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Home > Importance of Response Milestones

Early molecular response (EMR) predicts long-term survival

EMR predicts:

  • Increased likelihood of MR4.5 response1

  • Reduced risk of progression1

  • Improved OS2

Rate of Survival
An image illustrating the rates of survival with and without EMR regardless of TKI choice.

Based on a retrospective analysis of newly diagnosed patients on TKI therapy.
EMR is defined as BCR-ABL1 ≤10% at 3 months.2

Rates of survival with and without EMR
Rates of survival with and without EMR
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Achieving MR4.5 improves prognosis and enables treatment-free response (TFR)


Sustained MR4.5 is required for treatment-free remission, an emerging treatment goal in CML4-6

Deeper responses reduce the risk for progression
An illustrative correlation of response level and leukemic disease burden

Figure is an illustrative correlation of response level and leukemic disease burden.
Range of observation time by response rate was 3.0 to 4.7 years.7

Failure to achieve MR4.5 may leave your patients at risk for disease progression.
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The journey to long-term disease control starts with TASIGNA

An image illustrating the response milestones for TASIGNA in 1L and 2L.

MR, molecular response; OS, overall survival; ELN, European LeukemiaNet; CCyR, complete cytogenetic response; MMR, major molecular response; AP, accelerated phase; BC, blast crisis.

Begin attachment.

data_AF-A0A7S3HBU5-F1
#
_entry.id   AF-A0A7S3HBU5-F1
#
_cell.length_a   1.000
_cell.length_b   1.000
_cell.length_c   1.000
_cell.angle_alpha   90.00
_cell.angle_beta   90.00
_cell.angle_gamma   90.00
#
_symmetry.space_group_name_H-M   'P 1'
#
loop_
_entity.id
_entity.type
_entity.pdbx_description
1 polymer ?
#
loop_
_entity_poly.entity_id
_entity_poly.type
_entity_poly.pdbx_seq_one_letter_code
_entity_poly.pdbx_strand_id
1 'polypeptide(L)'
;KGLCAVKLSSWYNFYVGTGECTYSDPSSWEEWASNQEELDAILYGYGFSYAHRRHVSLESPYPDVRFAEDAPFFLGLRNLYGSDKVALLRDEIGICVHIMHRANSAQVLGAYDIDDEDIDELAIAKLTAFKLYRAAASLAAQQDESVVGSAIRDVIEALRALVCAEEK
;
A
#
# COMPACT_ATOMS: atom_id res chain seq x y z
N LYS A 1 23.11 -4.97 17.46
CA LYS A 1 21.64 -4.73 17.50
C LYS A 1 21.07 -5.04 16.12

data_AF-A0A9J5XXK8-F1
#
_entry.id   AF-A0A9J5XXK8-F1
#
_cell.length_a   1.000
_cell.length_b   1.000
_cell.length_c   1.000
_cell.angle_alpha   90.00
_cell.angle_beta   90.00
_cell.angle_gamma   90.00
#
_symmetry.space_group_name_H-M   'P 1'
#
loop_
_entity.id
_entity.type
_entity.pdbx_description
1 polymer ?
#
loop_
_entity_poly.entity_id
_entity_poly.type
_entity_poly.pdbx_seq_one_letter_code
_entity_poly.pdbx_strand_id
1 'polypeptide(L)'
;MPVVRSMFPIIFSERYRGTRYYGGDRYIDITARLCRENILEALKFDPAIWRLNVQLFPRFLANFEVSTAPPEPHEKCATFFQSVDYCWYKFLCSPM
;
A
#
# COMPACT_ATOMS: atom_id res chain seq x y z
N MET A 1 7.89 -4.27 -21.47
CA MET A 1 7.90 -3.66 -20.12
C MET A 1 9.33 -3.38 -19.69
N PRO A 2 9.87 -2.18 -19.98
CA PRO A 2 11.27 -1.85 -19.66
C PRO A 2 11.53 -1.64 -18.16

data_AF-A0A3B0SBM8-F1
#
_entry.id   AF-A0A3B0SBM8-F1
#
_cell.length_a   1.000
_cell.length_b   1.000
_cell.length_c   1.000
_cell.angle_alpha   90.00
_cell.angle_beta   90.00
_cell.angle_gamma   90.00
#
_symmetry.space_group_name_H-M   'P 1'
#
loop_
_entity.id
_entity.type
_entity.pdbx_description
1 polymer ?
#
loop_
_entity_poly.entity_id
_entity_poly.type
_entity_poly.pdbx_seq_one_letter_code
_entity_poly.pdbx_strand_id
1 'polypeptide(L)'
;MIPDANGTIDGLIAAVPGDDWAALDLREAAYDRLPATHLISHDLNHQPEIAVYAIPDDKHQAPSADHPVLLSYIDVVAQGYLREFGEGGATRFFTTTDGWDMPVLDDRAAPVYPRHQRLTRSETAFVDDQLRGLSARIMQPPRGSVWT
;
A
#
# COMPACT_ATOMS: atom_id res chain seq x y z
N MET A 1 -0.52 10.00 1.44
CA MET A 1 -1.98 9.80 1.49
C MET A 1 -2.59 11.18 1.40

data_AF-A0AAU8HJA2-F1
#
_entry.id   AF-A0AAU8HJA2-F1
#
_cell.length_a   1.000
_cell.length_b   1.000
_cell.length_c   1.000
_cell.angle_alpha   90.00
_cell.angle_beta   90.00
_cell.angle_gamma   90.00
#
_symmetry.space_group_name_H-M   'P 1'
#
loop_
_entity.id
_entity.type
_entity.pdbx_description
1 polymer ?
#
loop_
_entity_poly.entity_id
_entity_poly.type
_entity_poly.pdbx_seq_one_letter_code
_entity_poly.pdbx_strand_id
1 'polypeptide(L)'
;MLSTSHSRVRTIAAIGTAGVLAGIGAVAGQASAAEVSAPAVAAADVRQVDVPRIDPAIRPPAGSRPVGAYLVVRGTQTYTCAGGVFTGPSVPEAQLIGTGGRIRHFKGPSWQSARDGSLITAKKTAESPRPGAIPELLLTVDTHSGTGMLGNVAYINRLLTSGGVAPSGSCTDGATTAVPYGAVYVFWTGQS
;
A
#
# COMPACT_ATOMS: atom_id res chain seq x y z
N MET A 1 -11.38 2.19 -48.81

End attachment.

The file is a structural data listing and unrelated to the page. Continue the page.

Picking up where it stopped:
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References: 1. Hughes TP, Saglio G, Kantarjian HM, et al. Early molecular response predicts outcomes in patients with chronic myeloid leukemia in chronic phase treated with frontline nilotinib or imatinib. Blood. 2014;123(9):1353-1360.  2. Marin D, Ibrahim AR, Lucas C, et al. Assessment of BCR-ABL1 transcript levels at 3 months is the only requirement for predicting outcome for patients with chronic myeloid leukemia treated with tyrosine kinase inhibitors. J Clin Oncol. 2012;30(3):232-238. 3. Baccarani M, Deininger MW, Rosti G, et al. European LeukemiaNet recommendations for the management of chronic myeloid leukemia: 2013. Blood. 2013;122(6):872-884. 4. Hochhaus A, Saussele S, Rosti G, et al; ESMO Guidelines Committee. Chronic myeloid leukaemia: ESMO clinical practice guidelines for diagnosis, treatment and follow-up. Ann Oncol. 2017;28(suppl 4):iv41-iv51. 5. Hochhaus A, Masszi T, Giles FJ, et al. Treatment-free remission following frontline nilotinib in patients with chronic myeloid leukemia in chronic phase: results from the ENESTfreedom study. Leukemia. 2017;31(7):1525-1531. 6. Mahon F-X, Boquimpani C, Kim D-W, et al. Treatment-free remission after second-line nilotinib treatment in patients with chronic myeloid leukemia in chronic phase: results from a single-group, phase 2, open-label study. Ann Intern Med. 2018;168(7):461-470. 7. Hehlmann R, Müller MC, Lauseker M, et al. Deep molecular response is reached by the majority of patients treated with imatinib, predicts survival, and is achieved more quickly by optimized high-dose imatinib: results from the randomized CML-Study IV. J Clin Oncol. 2014;32(5):415-423. 8. Habucky K, Duverger B, Kreft R, Kozlovsky V. TASIGNA® (nilotinib) 50 mg, 150 mg and 200 mg hard capsules core data sheet, version 1.8. West Sussex, United Kingdom: Novartis Europharm Limited; 2016:1-54. 9. Hochhaus A, Saglio G, Hughes TP, et al. Long-term benefits and risks of frontline nilotinib vs imatinib for chronic myeloid leukemia in chronic phase: 5-year update of the randomized ENESTnd trial. Leukemia. 2016;30(5):1044-1054.

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